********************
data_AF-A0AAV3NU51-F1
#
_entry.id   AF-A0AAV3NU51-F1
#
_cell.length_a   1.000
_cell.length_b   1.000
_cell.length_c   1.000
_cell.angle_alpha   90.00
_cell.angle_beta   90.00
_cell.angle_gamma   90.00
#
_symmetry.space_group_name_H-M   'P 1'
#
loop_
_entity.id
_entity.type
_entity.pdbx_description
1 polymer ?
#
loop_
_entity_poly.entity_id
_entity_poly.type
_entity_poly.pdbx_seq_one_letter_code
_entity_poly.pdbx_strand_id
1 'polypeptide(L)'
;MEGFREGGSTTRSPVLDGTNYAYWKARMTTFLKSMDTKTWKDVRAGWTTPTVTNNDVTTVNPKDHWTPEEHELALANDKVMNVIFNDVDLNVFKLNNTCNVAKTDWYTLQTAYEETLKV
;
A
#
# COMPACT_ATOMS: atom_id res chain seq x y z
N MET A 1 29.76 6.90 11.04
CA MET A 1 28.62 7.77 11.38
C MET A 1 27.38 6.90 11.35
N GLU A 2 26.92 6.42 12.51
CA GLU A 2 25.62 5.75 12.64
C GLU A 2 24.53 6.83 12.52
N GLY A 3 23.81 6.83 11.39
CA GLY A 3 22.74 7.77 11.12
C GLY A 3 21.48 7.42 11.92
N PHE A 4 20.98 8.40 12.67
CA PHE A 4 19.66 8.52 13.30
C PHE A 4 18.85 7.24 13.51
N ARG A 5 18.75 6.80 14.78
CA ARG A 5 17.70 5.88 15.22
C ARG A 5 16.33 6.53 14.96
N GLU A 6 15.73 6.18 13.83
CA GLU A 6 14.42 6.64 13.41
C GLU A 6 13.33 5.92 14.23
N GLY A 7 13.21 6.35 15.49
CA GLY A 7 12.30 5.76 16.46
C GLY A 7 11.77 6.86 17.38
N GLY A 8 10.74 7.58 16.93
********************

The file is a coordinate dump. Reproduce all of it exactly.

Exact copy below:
data_AF-A0AAV3NU51-F1
#
_entry.id   AF-A0AAV3NU51-F1
#
_cell.length_a   1.000
_cell.length_b   1.000
_cell.length_c   1.000
_cell.angle_alpha   90.00
_cell.angle_beta   90.00
_cell.angle_gamma   90.00
#
_symmetry.space_group_name_H-M   'P 1'
#
loop_
_entity.id
_entity.type
_entity.pdbx_description
1 polymer ?
#
loop_
_entity_poly.entity_id
_entity_poly.type
_entity_poly.pdbx_seq_one_letter_code
_entity_poly.pdbx_strand_id
1 'polypeptide(L)'
;MEGFREGGSTTRSPVLDGTNYAYWKARMTTFLKSMDTKTWKDVRAGWTTPTVTNNDVTTVNPKDHWTPEEHELALANDKVMNVIFNDVDLNVFKLNNTCNVAKTDWYTLQTAYEETLKV
;
A
#
# COMPACT_ATOMS: atom_id res chain seq x y z
N MET A 1 29.76 6.90 11.04
CA MET A 1 28.62 7.77 11.38
C MET A 1 27.38 6.90 11.35
N GLU A 2 26.92 6.42 12.51
CA GLU A 2 25.62 5.75 12.64
C GLU A 2 24.53 6.83 12.52
N GLY A 3 23.81 6.83 11.39
CA GLY A 3 22.74 7.77 11.12
C GLY A 3 21.48 7.42 11.92
N PHE A 4 20.98 8.40 12.67
CA PHE A 4 19.66 8.52 13.30
C PHE A 4 18.85 7.24 13.51
N ARG A 5 18.75 6.80 14.78
CA ARG A 5 17.70 5.88 15.22
C ARG A 5 16.33 6.53 14.96
N GLU A 6 15.73 6.18 13.83
CA GLU A 6 14.42 6.64 13.41
C GLU A 6 13.33 5.92 14.23
N GLY A 7 13.21 6.35 15.49
CA GLY A 7 12.30 5.76 16.46
C GLY A 7 11.77 6.86 17.38
N GLY A 8 10.74 7.58 16.93